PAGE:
News Archive

From Our President: April Brings Vaux’s Swifts Back to Agate Hall

As most of you know, the chimney of Agate Hall on the University of Oregon campus is an ecologically significant migratory stopover for tens of thousands of Vaux’s Swifts during the spring and fall months. During last year’s fall migration, over 45,000 birds were counted entering the chimney. The number is not a total of the birds that might have used it, because counts were done only weekly and sporadically. (If we had volunteers to do daily counts, the numbers would be far higher.) Agate Hall is included on the Vaux’s Happening website as one of the most active Vaux’s Swift roost sites. (See www.vauxhappening.org/Vauxs_Happening_Home.html for more information.)

 

Hummingbirds at Home

Would you like to help hummingbirds? Would you like to be a citizen scientist and contribute to a national database? Then the National Audubon Society’s Hummingbirds at Home program is for you. This project was launched in April 2013 to help uncover how hummingbirds are affected by climate change. Using a mobile-optimized web portal and smartphone apps, people from across the US can report their sightings and observations of hummingbird feeding behavior. The data will guide Audubon researchers in devising actions to help hummingbirds thrive despite climate change and other threats.

Thanks to Our Volunteers

Herb Wisner has spent many hours every year for many, many years doing volunteer work for LCAS. He has served on the Board, and he has been Program Chair for decades—so long that we can’t pin down just how long. He has kept an ear and eye out for prospective speakers and has magically filled the program calendar eight times each year. He has engaged artists, authors, photographers, conservationists, bird acoustics experts, scientists, professors, and world travelers to entertain and inform our members.

From Our President: Birding: A Wonderful Obsession

Bird-watchers are a unique group of people. We share an obsession, yet each of us reaches that point in a different way. Outsiders might not always understand what makes us the way we are, but if they watch, listen, and learn more about birds, eventually they might share our quirkiness. As a child, I watched yard birds with my mother from the kitchen window. Backyard birding is still a great joy in my daily life. I know many of you enjoy this aspect of bird-watching as well!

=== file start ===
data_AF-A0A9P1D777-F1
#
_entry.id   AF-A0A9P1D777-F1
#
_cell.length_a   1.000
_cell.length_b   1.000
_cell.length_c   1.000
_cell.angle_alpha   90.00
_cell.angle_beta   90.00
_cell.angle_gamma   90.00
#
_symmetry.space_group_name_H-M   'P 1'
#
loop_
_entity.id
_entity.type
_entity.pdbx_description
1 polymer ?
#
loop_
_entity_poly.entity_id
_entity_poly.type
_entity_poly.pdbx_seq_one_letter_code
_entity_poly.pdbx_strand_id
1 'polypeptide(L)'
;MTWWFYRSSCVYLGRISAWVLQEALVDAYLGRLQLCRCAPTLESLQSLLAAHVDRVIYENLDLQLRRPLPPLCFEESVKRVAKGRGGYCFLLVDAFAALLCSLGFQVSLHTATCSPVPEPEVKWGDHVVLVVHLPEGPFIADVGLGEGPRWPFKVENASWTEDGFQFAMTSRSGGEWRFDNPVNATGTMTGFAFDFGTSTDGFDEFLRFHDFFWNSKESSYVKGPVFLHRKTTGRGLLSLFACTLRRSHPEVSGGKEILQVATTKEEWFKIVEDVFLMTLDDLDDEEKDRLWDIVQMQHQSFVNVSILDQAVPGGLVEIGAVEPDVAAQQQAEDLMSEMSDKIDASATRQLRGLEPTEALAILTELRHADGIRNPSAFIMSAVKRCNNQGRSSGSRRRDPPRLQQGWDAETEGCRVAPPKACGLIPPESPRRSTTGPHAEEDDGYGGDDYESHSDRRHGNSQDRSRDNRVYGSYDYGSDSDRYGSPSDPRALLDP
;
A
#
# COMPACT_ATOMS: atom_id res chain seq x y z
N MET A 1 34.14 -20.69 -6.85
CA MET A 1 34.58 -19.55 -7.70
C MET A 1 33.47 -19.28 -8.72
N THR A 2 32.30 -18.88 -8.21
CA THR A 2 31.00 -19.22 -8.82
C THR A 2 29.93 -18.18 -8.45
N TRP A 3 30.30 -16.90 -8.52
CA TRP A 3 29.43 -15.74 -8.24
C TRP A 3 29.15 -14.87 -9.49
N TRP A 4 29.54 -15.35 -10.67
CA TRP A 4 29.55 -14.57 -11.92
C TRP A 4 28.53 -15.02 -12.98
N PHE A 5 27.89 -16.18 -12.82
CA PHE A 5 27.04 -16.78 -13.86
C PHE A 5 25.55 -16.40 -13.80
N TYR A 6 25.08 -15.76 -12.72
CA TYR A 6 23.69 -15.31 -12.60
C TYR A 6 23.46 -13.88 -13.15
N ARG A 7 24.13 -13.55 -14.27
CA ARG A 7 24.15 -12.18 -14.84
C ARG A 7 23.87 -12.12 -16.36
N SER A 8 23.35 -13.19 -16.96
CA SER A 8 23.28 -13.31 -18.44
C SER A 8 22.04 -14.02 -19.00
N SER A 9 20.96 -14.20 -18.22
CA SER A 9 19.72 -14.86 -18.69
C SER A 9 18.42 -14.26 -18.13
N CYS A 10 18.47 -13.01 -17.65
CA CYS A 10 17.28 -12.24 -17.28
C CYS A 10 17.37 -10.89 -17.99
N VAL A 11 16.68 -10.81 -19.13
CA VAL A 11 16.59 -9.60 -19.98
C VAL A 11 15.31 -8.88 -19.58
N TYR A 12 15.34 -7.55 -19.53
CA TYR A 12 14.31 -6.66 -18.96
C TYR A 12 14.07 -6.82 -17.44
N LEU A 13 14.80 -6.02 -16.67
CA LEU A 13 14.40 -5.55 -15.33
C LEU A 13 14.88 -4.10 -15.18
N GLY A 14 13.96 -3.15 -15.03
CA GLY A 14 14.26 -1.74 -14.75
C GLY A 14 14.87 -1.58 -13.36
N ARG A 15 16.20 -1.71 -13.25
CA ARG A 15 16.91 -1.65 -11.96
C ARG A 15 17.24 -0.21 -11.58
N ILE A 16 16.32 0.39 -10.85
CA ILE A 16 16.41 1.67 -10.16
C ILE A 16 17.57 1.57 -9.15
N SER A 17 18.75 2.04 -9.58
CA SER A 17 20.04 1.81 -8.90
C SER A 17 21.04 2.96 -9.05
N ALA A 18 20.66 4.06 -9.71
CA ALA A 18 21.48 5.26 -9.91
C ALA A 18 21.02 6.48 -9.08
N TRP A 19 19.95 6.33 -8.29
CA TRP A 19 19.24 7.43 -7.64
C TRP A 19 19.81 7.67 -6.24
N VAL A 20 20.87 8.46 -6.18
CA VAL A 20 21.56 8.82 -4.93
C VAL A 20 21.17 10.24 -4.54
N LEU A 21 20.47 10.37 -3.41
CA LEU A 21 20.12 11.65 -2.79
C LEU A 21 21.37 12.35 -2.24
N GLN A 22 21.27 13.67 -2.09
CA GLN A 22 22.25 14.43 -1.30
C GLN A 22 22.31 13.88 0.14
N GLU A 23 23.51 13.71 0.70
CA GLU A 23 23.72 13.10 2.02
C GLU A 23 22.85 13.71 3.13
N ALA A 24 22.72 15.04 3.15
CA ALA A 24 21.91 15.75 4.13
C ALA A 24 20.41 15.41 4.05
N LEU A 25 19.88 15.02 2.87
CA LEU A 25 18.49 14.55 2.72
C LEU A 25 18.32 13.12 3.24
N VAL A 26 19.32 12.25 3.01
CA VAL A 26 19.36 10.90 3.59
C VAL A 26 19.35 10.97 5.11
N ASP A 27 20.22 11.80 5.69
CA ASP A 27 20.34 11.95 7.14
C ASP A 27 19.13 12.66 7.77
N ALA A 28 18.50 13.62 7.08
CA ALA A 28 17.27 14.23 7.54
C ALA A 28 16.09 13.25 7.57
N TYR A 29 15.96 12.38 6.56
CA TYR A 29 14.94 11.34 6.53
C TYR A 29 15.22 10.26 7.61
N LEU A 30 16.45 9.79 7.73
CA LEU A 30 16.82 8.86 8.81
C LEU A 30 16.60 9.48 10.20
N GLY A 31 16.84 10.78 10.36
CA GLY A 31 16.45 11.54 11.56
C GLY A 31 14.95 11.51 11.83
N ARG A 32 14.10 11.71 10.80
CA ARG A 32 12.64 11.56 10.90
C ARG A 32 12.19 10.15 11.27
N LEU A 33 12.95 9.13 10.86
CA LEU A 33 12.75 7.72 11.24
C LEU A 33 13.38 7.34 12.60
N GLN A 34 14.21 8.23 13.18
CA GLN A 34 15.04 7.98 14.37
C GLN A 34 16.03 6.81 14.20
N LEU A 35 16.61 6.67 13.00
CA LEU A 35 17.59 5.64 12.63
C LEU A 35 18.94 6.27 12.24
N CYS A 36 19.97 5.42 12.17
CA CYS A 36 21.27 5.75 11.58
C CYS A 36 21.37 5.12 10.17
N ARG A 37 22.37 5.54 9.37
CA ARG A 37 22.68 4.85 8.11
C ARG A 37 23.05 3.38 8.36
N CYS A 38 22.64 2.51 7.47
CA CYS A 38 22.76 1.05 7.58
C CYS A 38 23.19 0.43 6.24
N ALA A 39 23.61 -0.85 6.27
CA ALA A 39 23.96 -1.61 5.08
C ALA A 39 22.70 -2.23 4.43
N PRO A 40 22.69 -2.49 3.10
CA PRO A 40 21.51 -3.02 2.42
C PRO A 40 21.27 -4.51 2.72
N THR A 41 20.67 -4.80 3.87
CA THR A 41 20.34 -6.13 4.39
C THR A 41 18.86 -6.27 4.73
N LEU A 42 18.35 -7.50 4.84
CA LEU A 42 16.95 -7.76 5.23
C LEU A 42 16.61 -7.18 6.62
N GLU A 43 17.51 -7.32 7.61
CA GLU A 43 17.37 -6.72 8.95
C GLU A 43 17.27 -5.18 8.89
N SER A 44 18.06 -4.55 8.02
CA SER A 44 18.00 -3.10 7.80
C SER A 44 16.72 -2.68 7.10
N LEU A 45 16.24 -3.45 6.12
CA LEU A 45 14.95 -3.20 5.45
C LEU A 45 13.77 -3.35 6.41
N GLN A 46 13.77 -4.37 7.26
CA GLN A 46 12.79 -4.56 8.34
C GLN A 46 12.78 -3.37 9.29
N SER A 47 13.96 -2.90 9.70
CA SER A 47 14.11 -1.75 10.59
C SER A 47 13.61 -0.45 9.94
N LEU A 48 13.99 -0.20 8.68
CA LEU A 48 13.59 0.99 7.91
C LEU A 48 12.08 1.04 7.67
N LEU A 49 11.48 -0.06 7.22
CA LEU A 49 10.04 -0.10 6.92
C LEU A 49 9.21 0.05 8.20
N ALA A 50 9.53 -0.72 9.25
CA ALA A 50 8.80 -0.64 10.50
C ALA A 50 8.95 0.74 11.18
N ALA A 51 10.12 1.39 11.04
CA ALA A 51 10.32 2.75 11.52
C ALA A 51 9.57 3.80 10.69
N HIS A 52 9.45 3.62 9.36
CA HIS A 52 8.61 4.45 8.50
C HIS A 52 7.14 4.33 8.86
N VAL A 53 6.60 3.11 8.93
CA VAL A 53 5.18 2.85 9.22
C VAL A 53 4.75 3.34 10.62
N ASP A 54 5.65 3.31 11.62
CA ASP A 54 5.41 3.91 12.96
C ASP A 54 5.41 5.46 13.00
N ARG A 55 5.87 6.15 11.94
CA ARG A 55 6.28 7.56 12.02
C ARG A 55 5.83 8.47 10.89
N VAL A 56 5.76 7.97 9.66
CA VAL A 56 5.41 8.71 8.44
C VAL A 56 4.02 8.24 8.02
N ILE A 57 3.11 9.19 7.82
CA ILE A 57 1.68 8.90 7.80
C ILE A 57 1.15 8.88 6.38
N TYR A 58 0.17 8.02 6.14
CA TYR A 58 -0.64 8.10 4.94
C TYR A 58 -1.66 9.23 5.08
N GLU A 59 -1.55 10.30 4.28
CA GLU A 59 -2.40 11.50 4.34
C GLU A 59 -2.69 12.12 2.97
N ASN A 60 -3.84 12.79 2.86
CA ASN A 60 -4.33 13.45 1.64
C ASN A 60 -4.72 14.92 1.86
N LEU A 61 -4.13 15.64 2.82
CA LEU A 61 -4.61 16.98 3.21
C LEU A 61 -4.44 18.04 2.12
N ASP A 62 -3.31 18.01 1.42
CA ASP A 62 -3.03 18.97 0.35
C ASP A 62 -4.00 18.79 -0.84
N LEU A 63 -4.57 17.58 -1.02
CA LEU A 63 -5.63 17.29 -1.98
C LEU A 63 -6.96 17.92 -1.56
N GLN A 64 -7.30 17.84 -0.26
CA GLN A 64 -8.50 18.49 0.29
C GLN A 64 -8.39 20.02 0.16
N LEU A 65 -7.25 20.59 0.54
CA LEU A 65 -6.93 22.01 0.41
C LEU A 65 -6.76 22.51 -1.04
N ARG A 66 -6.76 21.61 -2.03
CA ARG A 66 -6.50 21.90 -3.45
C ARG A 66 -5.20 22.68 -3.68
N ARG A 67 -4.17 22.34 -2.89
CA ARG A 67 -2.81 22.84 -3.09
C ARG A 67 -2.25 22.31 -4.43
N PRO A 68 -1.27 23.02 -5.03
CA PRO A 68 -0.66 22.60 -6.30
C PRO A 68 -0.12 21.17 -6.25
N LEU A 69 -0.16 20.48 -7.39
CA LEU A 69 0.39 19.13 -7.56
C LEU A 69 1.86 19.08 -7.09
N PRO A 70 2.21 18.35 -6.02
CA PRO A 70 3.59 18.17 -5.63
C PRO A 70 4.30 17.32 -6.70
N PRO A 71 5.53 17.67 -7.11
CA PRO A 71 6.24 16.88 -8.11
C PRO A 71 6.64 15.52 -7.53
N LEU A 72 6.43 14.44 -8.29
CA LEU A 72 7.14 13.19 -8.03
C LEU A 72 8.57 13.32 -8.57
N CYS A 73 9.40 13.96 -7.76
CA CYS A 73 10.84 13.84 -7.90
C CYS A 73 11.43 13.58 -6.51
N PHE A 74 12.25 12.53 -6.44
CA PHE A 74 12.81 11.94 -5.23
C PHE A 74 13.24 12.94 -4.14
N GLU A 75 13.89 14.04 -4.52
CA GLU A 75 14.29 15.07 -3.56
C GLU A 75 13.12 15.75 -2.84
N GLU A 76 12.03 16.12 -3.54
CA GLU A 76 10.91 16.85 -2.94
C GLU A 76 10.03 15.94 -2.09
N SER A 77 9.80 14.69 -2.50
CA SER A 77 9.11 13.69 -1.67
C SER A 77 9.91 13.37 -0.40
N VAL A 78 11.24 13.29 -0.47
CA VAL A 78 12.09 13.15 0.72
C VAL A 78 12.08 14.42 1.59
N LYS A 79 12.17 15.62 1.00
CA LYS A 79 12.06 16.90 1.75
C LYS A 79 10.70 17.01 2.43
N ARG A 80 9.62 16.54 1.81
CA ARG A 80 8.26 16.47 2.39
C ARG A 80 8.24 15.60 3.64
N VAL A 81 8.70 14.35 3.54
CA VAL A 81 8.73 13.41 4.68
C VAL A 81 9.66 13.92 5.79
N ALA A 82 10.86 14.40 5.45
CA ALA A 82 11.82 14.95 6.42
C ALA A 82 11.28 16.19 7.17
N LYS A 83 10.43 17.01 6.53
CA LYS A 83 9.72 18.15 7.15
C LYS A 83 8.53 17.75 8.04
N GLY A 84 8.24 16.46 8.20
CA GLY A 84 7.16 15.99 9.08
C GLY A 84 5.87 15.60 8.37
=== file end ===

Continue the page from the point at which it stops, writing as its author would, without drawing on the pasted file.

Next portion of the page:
Conversations with people in the birding community can often be difficult for non-birders to understand, especially when we are describing the color of lores or primaries or undertail coverts. We tend to be so absorbed in our bird descriptions that we forget how we must sound and appear to a non-birder.
 

2013 Eugene Christmas Bird Count


Dick Lamster, Count Coordinator 541.343.8664 maeveanddick@q.com

The 72nd Eugene Christmas Bird Count (ECBC) took place on Sunday, December 29, 2013, when 139 enthusiastic bird-watchers went looking for birds. Another 99 reported birds seen at their homes to Herb Wisner, Feeder Watcher Coordinator. Birders in the field and those at home recorded a combined total of 133 species, which is the average number of species seen on the past six ECBCs.

From Our President: The Mystery of Birding

Each fall, I anticipate the arrival of the first White-throated Sparrow at our feeder. We usually see only one or two individuals that stay from November to March or April. Then they leave, presumably to fly north to find breeding territory along the west coast or interior of Canada—or as the biologists say, to achieve their biological potential. When the sparrows arrive for the winter, I always wonder where they have been since last spring. Did they find a mate and adequate habitat to breed successfully? Why do we never see more of them? Are they the same birds that appeared last year at the feeder? Always mysteries without answers.

From Our Treasurer: Looking Forward

For me, November is a month for preparing and looking forward—preparing (somewhat regrettably) to spend more time indoors than out, harvesting and preserving for later use the late-season produce from my urban garden, anticipating the more regular appearance of our backyard winter bird populations, looking forward to the holiday season and the Christmas Bird Count … the list goes on. 
 
As Lane County Audubon’s treasurer, I have a few preparatory duties in November too, such as beginning to prepare LCAS’s financial reports as the year draws to a close, planning next year’s budget, and writing this column asking for your continued support of our organization. 
 
In reviewing our financial reports, I’m always struck by how many ways we serve our members and other Lane County residents—young and old—by celebrating and educating them about birds, wildlife, and the habitats they depend on.

From Our President: Birds on the Move

One reason I love spending time in my garden is just to be outdoors. Gardening is a great excuse to be in the yard and watch birds at the same time. If I had not been checking the fruit trees the morning of August 31, I would not have seen the dark bird in the lower field sallying out from the bird boxes and flying back to perch, catching insects. It gradually made its way from box to box, up toward my garden area. I grabbed the binoculars (I keep them nearby) and saw it was a Black Phoebe! This was the first sighting for the species on our property, and it made my morning! Its plumage was not the bright black of an adult, so I assume it was a first-year bird exploring the area. It spent about 15 minutes in my view, then flew up and over some trees to the north.

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